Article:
When Mallory’s frozen body was found on the high slopes of Everest in 1999, it touched off a wave of interest in the question of whether he had reached the top before falling to his death–which, if so, would unseat Edmund Hillary’s 1953 expedition as the first to summit. Peter and Leni Gillman, themselves mountaineers, hint that he did, drawing on evidence that is at best circumstantial but compelling all the same. Their interest in this biography, however, is to provide a more complete picture of Mallory as a man of his time, who was a familiar among the Bloomsbury set of writers, a loving husband and father, an accomplished scholar and teacher, and a modest hero who, though not technically the best climber of his time, never refused a challenge. The Gillmans acquit themselves in this task very well, and they offer a fascinating reconstruction of what they imagine to be Mallory’s last moments on earth. Their book makes a fine companion to Conrad Anker and David Roberts’s The Lost Explorer and David Breashears and Audrey Salkeld’s Last Climb. –Gregory McNamee –This text refers to an out of print or unavailable edition of this title.

Chronicles all three of Mallory’s Everest expeditionsIlluminates how Mallory reconciled his ambitions on Everest with his unquestioned love for his wife and family

Since the discovery in 1999 of George Mallory’s body on Everest, controversy has raged over whether Mallory and Andrew Irvine could have summitted the mountain. Every detail of the climb has been dissected and Mallory’s skill as a mountaineer has been hotly debated. Observing the debate, Peter and Leni Gillman felt that the essence of who Mallory was as an individual had been lost. In The Wildest Dream they offer the most comprehensive biography ever written about one of the twentieth century’s most intriguing personalities.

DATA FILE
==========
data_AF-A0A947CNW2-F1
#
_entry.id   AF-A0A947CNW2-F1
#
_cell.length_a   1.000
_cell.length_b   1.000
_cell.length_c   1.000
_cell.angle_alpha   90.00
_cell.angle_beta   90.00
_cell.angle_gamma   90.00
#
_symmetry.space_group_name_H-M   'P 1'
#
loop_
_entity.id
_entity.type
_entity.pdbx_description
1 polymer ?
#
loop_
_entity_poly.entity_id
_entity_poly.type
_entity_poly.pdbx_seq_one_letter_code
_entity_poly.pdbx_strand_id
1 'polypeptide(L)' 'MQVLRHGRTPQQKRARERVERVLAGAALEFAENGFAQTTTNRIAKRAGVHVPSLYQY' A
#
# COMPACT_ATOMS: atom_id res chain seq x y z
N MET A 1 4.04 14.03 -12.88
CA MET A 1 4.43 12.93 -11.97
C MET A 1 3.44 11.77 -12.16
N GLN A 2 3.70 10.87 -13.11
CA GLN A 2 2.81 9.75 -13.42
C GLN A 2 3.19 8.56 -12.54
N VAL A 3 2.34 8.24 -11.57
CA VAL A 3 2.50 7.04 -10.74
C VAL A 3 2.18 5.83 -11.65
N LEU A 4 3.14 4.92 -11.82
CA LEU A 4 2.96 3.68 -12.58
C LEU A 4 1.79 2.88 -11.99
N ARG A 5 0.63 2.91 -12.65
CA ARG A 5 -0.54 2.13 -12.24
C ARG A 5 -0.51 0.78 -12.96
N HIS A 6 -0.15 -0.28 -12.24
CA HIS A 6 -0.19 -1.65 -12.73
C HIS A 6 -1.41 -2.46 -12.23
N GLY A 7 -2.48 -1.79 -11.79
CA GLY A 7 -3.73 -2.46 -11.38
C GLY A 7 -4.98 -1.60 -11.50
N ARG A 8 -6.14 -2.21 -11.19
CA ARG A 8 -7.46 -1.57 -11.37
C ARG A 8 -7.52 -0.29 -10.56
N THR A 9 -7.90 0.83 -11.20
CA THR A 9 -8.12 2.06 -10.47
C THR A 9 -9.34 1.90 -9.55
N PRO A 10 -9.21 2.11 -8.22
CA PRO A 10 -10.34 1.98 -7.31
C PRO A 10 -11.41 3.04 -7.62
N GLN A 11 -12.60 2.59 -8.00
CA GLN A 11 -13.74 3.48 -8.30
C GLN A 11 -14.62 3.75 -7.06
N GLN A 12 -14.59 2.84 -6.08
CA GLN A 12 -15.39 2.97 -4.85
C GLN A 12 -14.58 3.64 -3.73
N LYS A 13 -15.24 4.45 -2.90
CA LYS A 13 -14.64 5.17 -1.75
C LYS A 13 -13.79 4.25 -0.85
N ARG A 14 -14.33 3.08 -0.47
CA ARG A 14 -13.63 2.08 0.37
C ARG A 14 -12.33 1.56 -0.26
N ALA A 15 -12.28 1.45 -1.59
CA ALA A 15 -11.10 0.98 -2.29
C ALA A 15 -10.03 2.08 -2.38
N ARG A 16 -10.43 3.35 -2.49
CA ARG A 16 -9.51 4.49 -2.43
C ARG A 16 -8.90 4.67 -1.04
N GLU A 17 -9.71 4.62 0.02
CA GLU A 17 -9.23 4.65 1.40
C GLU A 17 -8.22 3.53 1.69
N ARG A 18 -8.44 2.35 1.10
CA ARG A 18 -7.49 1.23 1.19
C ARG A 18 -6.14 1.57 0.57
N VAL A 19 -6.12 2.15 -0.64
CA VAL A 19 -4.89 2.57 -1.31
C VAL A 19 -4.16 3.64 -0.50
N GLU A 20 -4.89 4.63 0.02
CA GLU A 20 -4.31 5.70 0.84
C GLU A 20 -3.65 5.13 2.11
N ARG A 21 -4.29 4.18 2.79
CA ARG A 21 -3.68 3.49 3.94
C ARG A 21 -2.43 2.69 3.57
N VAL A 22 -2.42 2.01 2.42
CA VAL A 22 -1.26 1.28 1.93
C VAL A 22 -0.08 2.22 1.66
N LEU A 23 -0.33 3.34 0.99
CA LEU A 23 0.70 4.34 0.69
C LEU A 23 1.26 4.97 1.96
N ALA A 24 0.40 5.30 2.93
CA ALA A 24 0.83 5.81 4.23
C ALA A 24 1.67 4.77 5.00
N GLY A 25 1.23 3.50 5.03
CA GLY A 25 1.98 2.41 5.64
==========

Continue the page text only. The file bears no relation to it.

Exploring Mallory’s early years, the Gillman’s take the reader to Cambridge and Bloomsbury where Mallory consorted with some of the most colorful literary and artistic figures of Edwardian England: Rupert Brooke, James and Lytton Strachey, Maynard and Geoffrey Keynes, and Duncan Grant, among others. The Wildest Dream moves on to examine exactly what Mallory accomplished as a climber, evaluating the quality of his routes and skills within the context of climbing in the early 1900s.

At the heart of this biography, and of Mallory’s life, is his wife, Ruth. The letters they exchanged during the many separations caused by World War I and three Everest expeditions reveal the depth of their commitment to each other and the unwavering support and strength Ruth offered George. The Everest expeditions are also insightfully rendered, offering perspective on criticisms levied at Mallory after the 1921 and 1922 attempts. The authors examine how Mallory, a dedicated husband and father, arrived at his fateful decision to participate in the doomed 1924 expedition and why he continued to press for a summit attempt when the odds seemed stacked against him. As Mallory once declared, a climber was what he was, and this is what climbers did; this was how they fulfilled their wildest dreams.